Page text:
Still, it told the story of the North, if not to the world, then certainly to the rest of the country. At its peak in the early to mid-1970s, and with a daily circulation of well over 300,00, the New Nigerian was the paper to read in Nigeria for its political coverage, and especially for its editorials and commentary. And for a generation, it was the training ground for nearly all of the region’s print journalists, a function served by Trust today.
But with growth comes decay, a maxim surely true for individuals, if not always true for institutions. By the early 1990s, the New Nigerian had all but petered out in political influence, if still in circulation to date. And into the political vacuum left by it stepped the Daily Trust, first in 1998 but coming of age three years later in 2001, since every decay is still followed by a renewal, even if, as is often the case, the new is something different from the decayed.
In this historical trajectory, however, Daily Trust is much different from its two progenitors in several respects. Where the publishing capital had first been in Zaria, and then Kaduna, it is now Abuja, the present seat of Nigerian politics. Where, too, its progenitors were established and still owned by governments, Daily Trust is a private enterprise. Above all, where the New Nigerian reigned at the height of ‘northern power’ in Nigerian politics, Trust had to grope its way at the twilight of this power under a vindictive president Obasanjo. And for me, it is here that the political and intellectual histories of this page are to be located.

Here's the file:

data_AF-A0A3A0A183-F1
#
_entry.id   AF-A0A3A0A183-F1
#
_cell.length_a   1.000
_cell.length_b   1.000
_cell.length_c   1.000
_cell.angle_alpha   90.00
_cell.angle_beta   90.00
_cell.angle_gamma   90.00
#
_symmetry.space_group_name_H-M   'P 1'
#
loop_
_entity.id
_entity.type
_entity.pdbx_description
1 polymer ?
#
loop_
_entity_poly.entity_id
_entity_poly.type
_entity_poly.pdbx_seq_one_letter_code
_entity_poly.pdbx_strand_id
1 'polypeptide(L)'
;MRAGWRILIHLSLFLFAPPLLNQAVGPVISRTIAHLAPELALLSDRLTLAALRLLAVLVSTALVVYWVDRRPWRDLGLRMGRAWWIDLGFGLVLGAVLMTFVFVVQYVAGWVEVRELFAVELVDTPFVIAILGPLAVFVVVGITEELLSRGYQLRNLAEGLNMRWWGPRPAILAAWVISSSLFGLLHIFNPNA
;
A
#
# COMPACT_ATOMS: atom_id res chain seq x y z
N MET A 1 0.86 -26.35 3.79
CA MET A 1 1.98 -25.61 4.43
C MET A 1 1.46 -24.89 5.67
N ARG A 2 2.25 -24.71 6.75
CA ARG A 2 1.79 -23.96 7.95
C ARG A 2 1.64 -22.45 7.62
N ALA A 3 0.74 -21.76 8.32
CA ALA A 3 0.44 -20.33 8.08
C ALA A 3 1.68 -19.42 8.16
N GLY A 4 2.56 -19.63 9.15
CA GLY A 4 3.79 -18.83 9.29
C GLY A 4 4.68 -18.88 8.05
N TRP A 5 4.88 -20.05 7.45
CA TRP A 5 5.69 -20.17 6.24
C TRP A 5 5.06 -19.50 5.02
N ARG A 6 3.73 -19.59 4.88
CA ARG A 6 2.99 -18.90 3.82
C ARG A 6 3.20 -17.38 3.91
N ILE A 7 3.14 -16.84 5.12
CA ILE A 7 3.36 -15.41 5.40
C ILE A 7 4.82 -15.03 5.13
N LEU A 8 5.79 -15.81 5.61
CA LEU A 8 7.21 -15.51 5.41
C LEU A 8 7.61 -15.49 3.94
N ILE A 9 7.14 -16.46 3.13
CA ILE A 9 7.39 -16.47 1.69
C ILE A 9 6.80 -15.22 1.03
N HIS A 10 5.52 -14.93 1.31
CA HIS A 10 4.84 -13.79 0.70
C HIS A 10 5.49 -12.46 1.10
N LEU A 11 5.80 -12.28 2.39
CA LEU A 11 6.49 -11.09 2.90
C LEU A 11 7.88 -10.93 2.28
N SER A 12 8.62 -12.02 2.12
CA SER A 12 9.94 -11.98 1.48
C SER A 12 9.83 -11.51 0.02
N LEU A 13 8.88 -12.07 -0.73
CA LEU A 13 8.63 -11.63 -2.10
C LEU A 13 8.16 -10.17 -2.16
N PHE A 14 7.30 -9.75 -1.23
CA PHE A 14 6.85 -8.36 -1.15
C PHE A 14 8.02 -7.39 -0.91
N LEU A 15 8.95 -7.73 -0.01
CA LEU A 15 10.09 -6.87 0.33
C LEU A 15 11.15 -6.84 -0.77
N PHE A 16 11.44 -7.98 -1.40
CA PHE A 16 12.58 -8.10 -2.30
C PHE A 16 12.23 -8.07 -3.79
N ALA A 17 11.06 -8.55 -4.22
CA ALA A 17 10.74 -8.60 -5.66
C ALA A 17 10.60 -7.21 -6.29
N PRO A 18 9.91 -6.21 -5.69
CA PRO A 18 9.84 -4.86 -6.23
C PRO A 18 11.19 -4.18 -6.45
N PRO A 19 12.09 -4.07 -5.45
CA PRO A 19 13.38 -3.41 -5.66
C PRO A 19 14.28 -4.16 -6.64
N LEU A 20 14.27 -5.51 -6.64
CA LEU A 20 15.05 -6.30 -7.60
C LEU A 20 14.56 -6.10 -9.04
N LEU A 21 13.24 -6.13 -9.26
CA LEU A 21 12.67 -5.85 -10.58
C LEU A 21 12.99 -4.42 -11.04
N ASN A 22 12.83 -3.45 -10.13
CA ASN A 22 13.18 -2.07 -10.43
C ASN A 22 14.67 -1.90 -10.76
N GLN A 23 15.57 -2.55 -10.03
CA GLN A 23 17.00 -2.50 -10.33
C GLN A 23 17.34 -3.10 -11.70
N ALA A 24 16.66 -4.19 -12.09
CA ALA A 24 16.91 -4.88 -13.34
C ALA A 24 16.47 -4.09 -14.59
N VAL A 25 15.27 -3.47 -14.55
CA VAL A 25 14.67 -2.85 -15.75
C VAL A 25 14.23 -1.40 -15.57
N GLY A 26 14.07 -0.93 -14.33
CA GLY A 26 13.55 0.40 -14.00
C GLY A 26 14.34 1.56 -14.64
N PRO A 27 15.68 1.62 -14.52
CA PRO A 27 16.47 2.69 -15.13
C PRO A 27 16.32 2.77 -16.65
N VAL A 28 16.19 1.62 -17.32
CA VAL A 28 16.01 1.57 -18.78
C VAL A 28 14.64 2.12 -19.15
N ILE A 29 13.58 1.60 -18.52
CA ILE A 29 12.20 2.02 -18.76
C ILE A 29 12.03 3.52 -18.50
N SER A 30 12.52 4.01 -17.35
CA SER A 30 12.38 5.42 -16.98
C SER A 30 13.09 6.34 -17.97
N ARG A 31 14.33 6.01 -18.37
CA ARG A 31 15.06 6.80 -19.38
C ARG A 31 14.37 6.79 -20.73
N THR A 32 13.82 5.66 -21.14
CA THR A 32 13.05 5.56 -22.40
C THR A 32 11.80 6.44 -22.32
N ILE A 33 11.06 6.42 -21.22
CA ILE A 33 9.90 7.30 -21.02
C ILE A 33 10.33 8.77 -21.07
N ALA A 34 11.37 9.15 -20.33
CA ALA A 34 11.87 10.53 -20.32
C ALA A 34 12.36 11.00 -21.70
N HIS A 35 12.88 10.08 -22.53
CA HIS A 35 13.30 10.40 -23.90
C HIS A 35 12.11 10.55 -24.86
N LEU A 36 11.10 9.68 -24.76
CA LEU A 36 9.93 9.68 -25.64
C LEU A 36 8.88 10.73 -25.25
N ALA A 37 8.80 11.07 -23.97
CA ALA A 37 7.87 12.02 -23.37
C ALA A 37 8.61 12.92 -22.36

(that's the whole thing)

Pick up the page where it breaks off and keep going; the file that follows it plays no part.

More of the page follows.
The journalism of commentary and opinion is as vital to democracy as one of news. Where news tells us something about the world rendered in soulless facts, commentary and analysis tell us what that something might mean. It is in the opinion pages that current events are dissected, that new ideas are generated or advanced, or old ones refreshed. In fact, even journalism’s chief job of holding power to account is often better achieved through informed commentary and analysis. It is in this area that Daily Trust has trumped its predecessors the most, as it elevated its commentary journalism to a new and higher plane, evident in the prominence of its Back-page columns, not only stylistically, but also etched in the hearts and minds of its readers.